Wednesday, April 30, 2014
Reconceptualizing the rainbow nation: The post-ANC South Africa.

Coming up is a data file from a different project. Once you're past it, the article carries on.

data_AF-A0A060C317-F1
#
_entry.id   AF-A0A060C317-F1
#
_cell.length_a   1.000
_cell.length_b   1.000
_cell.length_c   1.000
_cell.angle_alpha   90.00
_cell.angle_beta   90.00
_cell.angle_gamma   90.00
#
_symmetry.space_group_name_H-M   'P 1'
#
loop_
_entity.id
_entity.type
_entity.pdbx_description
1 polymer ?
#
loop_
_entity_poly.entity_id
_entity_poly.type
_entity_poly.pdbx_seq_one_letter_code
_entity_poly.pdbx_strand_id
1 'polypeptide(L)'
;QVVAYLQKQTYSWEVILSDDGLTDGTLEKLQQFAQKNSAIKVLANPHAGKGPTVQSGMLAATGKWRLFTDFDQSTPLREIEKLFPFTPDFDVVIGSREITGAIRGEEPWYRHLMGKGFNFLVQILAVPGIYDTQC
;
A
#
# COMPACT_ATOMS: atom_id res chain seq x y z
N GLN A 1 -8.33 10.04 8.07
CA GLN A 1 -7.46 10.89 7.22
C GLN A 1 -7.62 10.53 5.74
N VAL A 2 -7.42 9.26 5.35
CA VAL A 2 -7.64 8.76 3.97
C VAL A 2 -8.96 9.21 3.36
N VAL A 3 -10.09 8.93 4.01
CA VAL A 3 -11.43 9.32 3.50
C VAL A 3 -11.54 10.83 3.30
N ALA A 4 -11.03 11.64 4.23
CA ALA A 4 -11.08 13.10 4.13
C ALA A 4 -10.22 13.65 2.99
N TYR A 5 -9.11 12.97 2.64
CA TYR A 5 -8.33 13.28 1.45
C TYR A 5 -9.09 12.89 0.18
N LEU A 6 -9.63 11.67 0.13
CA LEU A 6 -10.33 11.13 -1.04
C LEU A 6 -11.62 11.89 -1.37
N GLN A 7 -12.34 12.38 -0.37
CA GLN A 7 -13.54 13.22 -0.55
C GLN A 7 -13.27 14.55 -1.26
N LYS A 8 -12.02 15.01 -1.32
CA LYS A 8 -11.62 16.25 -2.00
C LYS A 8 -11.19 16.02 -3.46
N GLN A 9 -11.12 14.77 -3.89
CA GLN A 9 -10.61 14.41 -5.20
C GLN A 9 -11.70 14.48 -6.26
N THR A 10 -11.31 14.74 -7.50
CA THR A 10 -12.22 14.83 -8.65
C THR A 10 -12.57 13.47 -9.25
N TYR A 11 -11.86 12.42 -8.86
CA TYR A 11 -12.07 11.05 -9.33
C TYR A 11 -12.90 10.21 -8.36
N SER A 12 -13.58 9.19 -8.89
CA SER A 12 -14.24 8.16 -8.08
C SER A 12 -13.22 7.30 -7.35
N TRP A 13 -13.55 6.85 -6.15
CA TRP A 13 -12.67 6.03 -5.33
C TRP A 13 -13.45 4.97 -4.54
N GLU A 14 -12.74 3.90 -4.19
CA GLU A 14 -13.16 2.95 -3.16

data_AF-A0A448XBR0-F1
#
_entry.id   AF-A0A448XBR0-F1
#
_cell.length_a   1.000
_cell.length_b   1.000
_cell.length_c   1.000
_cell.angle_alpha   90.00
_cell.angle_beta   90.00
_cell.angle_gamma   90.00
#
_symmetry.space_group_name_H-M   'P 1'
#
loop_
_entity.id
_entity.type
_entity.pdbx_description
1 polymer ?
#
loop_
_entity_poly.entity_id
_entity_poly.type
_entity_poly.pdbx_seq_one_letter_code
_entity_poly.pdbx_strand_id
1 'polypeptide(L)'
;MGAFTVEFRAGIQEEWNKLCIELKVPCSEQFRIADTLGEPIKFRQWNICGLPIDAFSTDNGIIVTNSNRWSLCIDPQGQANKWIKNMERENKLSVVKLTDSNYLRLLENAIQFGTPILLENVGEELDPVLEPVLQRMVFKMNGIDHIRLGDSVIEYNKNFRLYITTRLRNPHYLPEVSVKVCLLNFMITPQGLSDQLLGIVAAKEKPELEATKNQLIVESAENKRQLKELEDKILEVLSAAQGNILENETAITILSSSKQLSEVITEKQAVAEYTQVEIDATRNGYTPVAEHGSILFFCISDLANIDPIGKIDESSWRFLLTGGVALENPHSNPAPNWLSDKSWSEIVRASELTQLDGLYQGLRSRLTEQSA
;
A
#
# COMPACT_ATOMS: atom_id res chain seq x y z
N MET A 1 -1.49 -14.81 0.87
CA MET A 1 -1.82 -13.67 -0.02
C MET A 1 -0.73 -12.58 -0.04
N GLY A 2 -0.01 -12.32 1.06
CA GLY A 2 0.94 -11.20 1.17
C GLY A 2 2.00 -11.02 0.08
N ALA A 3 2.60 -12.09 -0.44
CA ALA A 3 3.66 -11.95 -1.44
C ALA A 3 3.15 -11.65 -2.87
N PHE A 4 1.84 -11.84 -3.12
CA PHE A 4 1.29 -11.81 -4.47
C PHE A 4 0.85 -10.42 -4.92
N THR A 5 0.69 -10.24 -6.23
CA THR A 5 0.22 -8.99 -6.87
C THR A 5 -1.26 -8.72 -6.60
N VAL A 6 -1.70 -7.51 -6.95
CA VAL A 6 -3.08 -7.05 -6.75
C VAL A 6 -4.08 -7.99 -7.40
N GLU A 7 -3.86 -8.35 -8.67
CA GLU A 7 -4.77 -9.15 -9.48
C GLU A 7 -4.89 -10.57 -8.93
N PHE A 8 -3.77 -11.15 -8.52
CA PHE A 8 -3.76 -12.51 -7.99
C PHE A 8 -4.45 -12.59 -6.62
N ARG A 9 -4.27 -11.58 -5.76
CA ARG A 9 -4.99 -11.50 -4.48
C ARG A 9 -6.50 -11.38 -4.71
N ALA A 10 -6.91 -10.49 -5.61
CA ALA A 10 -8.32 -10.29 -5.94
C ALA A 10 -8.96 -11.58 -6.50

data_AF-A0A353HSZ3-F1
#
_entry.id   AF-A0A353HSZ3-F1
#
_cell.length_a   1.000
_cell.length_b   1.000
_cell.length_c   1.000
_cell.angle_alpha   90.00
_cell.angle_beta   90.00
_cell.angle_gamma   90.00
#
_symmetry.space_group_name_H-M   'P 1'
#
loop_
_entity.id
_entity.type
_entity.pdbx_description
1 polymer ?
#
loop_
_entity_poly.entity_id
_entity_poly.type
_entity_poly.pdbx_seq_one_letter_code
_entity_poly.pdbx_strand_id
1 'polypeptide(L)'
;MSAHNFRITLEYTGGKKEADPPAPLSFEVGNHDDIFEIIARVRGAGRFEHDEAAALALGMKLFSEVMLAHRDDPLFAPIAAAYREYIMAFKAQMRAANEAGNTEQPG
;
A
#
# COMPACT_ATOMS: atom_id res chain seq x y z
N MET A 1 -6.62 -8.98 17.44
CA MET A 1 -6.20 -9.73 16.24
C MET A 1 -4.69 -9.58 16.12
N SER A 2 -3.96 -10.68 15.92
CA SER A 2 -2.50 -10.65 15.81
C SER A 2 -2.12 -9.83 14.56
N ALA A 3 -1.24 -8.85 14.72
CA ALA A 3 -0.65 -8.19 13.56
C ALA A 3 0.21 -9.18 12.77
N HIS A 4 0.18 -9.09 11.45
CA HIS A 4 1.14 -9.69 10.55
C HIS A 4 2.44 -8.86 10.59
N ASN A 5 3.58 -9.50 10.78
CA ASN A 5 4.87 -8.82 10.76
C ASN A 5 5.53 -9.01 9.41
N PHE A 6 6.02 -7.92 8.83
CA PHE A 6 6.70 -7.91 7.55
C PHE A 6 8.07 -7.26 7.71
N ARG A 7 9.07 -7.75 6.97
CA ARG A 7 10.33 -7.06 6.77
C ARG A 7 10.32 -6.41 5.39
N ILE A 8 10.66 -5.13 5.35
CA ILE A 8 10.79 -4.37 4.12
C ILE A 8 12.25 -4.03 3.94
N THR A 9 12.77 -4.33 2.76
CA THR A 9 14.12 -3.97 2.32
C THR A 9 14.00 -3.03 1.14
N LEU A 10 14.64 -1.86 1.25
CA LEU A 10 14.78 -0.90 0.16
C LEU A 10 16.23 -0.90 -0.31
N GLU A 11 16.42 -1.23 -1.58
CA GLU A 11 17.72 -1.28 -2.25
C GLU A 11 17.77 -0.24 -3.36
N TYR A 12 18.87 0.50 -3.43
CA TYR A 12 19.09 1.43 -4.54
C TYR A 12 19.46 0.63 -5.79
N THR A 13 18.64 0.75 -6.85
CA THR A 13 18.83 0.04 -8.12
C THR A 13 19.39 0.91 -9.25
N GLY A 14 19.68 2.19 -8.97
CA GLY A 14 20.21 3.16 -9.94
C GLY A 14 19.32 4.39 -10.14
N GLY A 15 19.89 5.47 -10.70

It is almost 20 years since that historic Nelson Mandela swearing in ceremony as South Africa's first majority President. Back then,the ANC could no wrong. It was the popular vanguard of the people's struggle against the evil that was apartheid. But 1994 seems like a really time ago. I have been resident in South Africa for a month now and have had a rare first hand insight into the changed South Africa. The black majority has become increasingly weary of the ANC. Unfulfilled dreams, dashed hopes, disillusionment and a hideous corruption streak among the ruling elite are partly to blame. President Jacob Zuma has been demonized in the press for having a swimming pool at his country home built on tax payer dimes. To be fair, the current South Africa is way better than the pre-1994 South Africa but it could have been even miles much better. It is surprising how much the ANC is struggling win an election that it should labour too much to win given its recent dark history. But getting a decent result come 7th May 2014 seems like an uphill task. To be sure, the ANC will carry the day. However it will be the smallest majority since 1994. When I pear into the future, say in 20 years, the ANC will hardly be unassailable. South Africans will have moved on. They already seem to be doing that. South Africa is really two countries in one-a country of stark contrast. The classic tale of haves and have-nots finds its most illustrious example here. And privilege is reproducing itself through generational cycles. The economic super structure from the days of apartheid is almost intact. There is clearly a growing black middle class and even a high-end entreprenuer class such as Cyril Ramaphosa of the MTN group connection but South Africa's inequality looks to be a problem for the ages. ''There is nothing new under the sun'' it says in Levitcus. I was reminded of our own post-independence euphoria in Sub Saharan Africa. Of a dream that was the new Africa. It seemed that the new African rulers simply replaced the colonial class- a changing of the guard if you will, and the life continued. How hard it is to change society for genuine social advancement. The captains of industry in South Africa still remain the same. It is not even fair to expect that the ANC can deliver a fairer South Africa after centuries of advantage of a minority. Because of an impatient population, wily politicians have taken advantage. Malema and Ramaphela and many others are promising a better deal for the black majority. But can they truly deliver on a fundamentally new South Africa? Clearly, the ANC could have done a lot better than it has managed but South Africa's inequality is inherently structural. What took centuries to build cannot be dismantled in years. It is in the interest of the privileged classes of South Africa to push for a fairer South Africa out of sheer self-interest. The current South Africa is not sustainable. We never learn from history. The survival of a capitalist society in Europe was not because of capitalism. It was inspite of Capitalism. It was a modification of capitalism that started in Bismarck's Germany. A capitalist society with a residual element of fraternity.